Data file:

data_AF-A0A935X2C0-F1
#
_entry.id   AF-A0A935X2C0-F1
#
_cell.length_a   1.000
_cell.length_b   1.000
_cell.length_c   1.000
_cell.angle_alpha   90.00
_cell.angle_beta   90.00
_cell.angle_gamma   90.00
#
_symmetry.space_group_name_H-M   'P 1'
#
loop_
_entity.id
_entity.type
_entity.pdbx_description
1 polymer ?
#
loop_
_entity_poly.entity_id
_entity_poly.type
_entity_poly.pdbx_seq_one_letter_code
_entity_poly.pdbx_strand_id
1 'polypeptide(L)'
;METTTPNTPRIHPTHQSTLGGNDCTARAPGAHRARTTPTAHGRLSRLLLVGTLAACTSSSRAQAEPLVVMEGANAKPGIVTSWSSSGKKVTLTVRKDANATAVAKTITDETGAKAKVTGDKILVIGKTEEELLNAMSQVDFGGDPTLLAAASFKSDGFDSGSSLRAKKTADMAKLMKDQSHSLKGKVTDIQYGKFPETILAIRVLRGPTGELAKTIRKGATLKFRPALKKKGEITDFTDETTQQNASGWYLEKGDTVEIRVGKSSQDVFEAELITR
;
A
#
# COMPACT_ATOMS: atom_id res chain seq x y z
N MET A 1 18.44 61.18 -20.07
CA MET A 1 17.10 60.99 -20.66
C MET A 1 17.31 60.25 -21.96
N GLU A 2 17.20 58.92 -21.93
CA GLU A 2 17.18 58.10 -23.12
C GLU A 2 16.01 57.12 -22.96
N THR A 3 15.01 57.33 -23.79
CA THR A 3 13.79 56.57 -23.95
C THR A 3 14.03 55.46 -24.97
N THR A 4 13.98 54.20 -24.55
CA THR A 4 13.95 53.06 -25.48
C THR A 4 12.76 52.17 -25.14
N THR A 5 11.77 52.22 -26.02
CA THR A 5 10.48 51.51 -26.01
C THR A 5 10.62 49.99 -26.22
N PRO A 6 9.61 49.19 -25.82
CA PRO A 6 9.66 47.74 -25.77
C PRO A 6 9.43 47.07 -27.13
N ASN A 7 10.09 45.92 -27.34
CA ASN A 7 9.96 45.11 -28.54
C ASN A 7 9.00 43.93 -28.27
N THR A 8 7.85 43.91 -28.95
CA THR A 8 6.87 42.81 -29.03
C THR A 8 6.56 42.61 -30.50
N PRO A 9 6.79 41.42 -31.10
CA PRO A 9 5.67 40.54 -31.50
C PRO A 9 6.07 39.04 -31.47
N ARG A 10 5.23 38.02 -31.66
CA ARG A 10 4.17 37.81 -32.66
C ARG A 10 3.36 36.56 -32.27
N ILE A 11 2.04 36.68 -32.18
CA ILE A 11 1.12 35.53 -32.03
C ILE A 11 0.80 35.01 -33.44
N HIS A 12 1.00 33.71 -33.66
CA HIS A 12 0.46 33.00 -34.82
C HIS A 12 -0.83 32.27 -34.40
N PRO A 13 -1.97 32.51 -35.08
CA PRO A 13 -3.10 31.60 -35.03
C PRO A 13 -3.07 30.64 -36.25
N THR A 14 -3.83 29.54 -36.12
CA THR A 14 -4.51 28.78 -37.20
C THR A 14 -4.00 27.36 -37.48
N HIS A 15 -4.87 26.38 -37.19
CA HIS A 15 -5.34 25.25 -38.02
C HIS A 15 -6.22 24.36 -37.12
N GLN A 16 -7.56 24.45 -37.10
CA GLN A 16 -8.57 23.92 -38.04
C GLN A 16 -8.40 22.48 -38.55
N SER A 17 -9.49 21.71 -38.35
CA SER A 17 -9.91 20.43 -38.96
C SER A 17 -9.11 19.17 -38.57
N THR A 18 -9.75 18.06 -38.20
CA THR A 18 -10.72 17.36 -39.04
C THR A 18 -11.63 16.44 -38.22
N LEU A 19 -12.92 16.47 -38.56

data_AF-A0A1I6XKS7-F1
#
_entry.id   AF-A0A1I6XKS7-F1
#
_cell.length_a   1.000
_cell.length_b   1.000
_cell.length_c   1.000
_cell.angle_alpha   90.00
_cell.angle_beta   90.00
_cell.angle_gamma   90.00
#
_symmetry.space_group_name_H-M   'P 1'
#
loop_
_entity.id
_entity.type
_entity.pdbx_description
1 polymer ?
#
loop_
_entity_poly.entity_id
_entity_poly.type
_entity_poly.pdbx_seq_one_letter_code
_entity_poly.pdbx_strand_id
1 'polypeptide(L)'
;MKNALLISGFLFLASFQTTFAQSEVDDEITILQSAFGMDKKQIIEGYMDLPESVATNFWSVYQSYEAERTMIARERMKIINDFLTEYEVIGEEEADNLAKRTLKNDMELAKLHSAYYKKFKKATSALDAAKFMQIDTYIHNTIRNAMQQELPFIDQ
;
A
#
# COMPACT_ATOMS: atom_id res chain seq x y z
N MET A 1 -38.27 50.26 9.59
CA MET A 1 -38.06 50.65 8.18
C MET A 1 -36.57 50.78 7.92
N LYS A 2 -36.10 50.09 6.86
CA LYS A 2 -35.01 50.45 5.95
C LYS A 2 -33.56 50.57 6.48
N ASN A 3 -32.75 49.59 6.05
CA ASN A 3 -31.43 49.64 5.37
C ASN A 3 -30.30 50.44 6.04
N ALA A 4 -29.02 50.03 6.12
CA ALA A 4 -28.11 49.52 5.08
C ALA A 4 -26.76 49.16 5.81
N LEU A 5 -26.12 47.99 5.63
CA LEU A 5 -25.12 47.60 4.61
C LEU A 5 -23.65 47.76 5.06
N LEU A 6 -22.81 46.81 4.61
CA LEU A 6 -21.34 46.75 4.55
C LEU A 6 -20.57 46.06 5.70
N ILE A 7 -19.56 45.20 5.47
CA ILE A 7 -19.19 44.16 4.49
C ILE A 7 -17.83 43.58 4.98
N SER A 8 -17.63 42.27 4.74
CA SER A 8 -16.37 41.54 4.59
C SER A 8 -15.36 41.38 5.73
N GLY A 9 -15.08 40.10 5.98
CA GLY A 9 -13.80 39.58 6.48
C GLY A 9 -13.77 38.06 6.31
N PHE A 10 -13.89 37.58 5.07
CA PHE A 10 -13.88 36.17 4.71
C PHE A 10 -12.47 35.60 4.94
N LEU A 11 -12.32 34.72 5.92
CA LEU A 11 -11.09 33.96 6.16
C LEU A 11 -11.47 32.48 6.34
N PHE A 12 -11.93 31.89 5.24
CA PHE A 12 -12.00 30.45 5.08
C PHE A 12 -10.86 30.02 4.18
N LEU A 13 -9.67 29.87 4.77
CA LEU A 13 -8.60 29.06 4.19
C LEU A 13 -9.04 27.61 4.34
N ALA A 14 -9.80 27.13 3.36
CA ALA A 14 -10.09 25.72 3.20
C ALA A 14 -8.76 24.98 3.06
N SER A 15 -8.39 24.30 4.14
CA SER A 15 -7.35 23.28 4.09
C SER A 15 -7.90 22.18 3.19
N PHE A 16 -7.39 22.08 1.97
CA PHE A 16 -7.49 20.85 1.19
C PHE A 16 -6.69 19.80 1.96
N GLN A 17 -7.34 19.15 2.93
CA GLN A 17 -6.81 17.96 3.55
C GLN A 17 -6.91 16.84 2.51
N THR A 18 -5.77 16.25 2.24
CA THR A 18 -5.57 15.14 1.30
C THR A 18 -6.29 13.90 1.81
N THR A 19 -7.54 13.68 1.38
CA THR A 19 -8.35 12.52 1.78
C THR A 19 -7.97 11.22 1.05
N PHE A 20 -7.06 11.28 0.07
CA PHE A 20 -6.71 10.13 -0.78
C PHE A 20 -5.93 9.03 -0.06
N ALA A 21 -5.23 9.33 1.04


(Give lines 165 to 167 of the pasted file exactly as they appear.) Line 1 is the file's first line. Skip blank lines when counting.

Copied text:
CA GLN A 17 -6.81 17.96 3.55
C GLN A 17 -6.91 16.84 2.51
N THR A 18 -5.77 16.25 2.24